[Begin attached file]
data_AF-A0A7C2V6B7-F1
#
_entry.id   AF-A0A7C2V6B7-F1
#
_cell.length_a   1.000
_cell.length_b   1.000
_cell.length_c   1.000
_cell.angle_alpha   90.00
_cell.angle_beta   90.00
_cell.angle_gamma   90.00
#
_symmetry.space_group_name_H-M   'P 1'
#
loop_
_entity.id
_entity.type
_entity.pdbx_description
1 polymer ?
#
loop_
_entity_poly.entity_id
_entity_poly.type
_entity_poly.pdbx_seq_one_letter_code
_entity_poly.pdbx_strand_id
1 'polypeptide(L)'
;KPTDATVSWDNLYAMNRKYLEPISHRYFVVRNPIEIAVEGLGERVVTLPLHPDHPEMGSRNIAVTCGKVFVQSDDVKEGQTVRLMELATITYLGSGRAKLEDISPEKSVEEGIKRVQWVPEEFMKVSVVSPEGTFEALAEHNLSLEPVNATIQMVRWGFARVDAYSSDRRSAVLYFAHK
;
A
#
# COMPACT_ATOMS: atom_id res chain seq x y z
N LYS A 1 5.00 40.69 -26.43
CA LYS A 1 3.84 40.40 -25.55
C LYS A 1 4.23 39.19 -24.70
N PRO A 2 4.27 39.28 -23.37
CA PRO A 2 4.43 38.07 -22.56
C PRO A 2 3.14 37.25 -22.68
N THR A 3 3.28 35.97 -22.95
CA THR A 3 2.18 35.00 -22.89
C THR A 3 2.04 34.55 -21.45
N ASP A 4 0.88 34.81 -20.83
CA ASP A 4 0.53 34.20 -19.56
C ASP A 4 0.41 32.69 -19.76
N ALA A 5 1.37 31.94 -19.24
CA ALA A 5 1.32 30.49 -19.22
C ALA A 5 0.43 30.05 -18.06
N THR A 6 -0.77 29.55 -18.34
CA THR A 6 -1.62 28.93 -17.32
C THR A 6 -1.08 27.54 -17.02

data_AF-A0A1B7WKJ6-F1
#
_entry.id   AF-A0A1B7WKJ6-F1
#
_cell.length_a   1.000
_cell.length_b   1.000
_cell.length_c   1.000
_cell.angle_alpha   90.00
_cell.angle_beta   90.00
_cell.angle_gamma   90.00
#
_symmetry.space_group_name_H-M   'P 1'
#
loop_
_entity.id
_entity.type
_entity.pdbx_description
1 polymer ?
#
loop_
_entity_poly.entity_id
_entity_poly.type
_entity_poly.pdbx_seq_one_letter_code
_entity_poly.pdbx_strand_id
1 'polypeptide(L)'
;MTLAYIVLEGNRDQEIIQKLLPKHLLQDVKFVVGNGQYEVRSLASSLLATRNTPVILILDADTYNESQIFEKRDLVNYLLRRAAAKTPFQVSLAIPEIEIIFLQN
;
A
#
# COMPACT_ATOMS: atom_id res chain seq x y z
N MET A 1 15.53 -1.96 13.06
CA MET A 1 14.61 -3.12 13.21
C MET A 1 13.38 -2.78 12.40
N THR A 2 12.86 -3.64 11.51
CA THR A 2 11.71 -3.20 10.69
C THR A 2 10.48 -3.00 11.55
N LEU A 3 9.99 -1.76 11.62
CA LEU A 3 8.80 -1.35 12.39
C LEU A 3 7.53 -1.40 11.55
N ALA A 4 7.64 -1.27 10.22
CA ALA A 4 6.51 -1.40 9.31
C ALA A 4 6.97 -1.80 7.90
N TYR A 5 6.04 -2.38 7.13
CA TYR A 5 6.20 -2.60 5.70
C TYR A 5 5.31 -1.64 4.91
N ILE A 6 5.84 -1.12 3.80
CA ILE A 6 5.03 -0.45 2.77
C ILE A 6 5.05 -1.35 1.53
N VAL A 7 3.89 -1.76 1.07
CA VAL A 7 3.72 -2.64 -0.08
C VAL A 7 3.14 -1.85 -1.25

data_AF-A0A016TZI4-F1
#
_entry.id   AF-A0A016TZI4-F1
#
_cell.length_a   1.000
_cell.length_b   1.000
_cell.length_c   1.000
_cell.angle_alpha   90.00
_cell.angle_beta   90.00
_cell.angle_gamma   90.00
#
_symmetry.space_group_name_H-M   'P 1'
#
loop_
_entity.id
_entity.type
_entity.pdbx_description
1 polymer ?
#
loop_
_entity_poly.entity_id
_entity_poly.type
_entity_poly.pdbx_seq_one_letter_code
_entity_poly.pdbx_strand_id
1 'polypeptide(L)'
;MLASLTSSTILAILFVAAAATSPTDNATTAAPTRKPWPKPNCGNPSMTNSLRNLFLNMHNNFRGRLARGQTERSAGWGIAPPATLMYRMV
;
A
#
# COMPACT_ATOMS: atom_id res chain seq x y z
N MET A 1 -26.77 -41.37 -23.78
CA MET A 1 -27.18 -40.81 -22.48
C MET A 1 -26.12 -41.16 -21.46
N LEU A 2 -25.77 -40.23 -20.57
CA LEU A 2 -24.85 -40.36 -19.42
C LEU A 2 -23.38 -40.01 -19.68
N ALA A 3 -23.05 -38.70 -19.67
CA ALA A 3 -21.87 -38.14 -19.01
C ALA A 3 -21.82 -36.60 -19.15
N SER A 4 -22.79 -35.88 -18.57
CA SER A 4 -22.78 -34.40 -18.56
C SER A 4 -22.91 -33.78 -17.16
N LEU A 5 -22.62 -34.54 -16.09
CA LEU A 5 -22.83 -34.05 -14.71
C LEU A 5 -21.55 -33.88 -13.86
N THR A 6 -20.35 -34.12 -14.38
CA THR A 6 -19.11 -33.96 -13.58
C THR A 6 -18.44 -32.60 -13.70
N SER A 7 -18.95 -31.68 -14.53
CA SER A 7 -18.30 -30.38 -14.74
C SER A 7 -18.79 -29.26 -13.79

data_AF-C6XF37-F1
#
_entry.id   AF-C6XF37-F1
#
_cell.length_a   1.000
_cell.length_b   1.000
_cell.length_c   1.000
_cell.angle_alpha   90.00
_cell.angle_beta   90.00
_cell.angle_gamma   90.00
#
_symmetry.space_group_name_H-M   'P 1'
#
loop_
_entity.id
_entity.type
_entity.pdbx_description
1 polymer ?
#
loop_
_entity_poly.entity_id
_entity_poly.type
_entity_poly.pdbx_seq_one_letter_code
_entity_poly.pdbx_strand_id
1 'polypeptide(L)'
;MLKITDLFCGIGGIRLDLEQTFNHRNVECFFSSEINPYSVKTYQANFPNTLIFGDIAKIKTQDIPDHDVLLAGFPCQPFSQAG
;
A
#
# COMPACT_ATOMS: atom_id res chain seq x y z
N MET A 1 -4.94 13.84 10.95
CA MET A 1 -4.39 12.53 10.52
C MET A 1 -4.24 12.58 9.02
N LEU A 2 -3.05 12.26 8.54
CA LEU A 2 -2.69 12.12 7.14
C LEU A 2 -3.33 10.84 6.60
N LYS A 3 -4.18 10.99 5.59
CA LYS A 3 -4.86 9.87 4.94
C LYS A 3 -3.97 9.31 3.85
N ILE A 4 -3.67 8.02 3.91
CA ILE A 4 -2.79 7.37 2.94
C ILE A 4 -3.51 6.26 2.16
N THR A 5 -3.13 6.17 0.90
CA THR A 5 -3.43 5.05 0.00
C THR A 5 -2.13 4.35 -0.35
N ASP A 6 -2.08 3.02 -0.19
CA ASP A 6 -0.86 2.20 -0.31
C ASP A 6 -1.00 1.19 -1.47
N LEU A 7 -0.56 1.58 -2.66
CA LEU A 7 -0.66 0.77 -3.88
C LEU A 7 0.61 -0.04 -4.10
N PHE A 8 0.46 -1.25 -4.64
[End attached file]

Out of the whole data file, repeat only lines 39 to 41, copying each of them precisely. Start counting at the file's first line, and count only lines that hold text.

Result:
C THR A 3 2.04 34.55 -21.45
N ASP A 4 0.88 34.81 -20.83
CA ASP A 4 0.53 34.20 -19.56